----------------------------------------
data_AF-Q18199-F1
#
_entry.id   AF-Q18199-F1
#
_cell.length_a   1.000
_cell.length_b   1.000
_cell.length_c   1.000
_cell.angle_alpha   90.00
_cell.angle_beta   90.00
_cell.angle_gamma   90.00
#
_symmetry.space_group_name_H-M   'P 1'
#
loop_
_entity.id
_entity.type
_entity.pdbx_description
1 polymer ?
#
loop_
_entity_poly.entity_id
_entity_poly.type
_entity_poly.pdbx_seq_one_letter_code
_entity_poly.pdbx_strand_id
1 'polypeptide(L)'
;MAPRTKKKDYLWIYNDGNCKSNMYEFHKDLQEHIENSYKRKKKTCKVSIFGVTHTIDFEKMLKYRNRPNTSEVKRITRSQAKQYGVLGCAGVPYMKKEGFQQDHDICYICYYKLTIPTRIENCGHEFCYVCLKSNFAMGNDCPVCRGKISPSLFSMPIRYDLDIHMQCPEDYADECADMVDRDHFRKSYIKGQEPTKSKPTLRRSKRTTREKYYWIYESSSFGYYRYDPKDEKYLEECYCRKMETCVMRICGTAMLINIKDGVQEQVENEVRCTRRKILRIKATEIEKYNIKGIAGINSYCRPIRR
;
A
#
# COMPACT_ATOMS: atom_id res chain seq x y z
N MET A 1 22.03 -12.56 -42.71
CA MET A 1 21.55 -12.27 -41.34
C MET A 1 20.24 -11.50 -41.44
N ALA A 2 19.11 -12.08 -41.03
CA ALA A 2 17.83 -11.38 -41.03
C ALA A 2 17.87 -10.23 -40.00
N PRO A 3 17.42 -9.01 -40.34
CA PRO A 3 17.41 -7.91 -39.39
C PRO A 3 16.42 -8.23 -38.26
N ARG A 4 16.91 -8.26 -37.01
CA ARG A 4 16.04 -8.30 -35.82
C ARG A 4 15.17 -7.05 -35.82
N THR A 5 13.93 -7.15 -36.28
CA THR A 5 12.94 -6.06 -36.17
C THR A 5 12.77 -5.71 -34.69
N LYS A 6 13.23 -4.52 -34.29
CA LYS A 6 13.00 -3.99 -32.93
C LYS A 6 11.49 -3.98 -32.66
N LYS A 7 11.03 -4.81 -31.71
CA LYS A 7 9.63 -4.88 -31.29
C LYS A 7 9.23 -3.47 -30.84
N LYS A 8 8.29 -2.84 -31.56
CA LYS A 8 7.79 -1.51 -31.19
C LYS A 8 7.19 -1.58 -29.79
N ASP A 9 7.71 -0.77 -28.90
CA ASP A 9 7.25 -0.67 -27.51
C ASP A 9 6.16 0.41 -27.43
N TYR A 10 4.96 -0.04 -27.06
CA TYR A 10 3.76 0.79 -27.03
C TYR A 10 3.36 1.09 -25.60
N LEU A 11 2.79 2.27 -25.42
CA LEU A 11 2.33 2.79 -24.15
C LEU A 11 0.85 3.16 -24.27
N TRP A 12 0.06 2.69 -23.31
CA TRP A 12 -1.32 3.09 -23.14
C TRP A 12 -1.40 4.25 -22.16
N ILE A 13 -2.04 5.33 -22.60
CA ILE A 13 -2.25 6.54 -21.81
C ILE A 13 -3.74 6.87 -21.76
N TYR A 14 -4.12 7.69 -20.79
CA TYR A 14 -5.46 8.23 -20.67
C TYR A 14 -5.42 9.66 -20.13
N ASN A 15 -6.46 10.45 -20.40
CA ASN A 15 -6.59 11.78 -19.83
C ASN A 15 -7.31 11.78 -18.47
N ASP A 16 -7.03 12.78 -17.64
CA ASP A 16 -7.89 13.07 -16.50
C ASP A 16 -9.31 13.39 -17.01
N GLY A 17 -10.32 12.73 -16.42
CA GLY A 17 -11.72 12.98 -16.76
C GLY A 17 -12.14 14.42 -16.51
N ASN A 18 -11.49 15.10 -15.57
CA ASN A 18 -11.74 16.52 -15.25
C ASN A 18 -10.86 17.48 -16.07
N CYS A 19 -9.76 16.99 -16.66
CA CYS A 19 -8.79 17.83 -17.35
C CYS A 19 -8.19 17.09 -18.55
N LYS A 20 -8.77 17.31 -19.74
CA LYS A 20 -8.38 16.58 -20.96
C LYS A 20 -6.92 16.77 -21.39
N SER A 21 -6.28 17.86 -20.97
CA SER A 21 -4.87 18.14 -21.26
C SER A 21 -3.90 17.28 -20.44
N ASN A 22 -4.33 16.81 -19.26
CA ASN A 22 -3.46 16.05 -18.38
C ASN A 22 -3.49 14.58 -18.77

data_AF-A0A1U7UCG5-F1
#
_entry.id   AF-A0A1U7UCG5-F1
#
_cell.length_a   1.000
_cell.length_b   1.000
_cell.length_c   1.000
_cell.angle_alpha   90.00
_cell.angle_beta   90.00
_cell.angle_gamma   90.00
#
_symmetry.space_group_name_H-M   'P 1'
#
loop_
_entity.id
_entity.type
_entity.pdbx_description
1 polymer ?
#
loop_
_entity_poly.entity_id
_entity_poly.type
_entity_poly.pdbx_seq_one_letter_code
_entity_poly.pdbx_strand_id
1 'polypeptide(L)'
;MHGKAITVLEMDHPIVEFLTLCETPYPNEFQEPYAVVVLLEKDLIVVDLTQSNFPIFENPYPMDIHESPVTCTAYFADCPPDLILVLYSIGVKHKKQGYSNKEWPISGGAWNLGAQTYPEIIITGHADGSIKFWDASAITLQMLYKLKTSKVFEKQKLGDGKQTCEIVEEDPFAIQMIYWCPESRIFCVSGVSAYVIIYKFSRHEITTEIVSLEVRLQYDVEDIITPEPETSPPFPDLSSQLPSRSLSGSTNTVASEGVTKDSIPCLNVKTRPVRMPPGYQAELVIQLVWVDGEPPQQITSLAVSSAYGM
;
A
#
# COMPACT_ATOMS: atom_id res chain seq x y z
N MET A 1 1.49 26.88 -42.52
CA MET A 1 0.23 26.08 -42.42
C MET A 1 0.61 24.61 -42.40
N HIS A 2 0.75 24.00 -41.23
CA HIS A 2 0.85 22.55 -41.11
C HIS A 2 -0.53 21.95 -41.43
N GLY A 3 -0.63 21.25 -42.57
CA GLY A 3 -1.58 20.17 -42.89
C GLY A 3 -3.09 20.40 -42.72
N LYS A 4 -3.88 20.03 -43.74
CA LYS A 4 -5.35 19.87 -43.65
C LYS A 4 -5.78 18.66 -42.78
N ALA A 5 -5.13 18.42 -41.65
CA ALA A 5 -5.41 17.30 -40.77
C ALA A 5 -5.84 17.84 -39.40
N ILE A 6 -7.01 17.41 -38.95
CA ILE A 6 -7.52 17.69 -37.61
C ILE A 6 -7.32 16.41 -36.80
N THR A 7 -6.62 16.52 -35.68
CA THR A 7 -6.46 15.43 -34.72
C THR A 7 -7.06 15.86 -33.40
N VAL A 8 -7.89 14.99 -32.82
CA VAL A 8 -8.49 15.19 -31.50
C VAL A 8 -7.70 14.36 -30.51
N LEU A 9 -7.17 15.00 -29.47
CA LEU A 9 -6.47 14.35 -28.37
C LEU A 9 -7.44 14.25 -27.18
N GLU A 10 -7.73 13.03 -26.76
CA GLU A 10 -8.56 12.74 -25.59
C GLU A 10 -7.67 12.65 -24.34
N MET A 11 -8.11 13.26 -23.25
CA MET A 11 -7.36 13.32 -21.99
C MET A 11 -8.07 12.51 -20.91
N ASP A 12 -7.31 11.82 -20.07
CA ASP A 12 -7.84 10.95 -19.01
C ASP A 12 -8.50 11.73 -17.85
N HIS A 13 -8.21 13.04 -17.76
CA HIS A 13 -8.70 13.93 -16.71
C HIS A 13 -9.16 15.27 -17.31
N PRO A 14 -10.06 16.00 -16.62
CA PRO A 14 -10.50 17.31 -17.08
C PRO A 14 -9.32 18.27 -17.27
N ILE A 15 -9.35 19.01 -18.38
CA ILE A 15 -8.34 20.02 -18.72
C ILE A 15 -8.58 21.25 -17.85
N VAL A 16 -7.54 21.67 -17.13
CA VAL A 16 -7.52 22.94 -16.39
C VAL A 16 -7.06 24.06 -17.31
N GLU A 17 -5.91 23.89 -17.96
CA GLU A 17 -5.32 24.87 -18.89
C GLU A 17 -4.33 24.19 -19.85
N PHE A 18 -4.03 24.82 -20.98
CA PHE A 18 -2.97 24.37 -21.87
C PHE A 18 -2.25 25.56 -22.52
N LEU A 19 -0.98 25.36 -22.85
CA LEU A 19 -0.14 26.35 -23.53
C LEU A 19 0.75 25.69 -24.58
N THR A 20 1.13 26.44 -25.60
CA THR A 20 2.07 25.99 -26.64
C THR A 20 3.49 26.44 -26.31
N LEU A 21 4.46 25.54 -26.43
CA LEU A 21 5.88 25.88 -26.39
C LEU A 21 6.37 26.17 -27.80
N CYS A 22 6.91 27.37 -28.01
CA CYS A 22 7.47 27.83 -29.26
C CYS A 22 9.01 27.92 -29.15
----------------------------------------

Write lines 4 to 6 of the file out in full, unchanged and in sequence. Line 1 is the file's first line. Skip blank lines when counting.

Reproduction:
#
_cell.length_a   1.000
_cell.length_b   1.000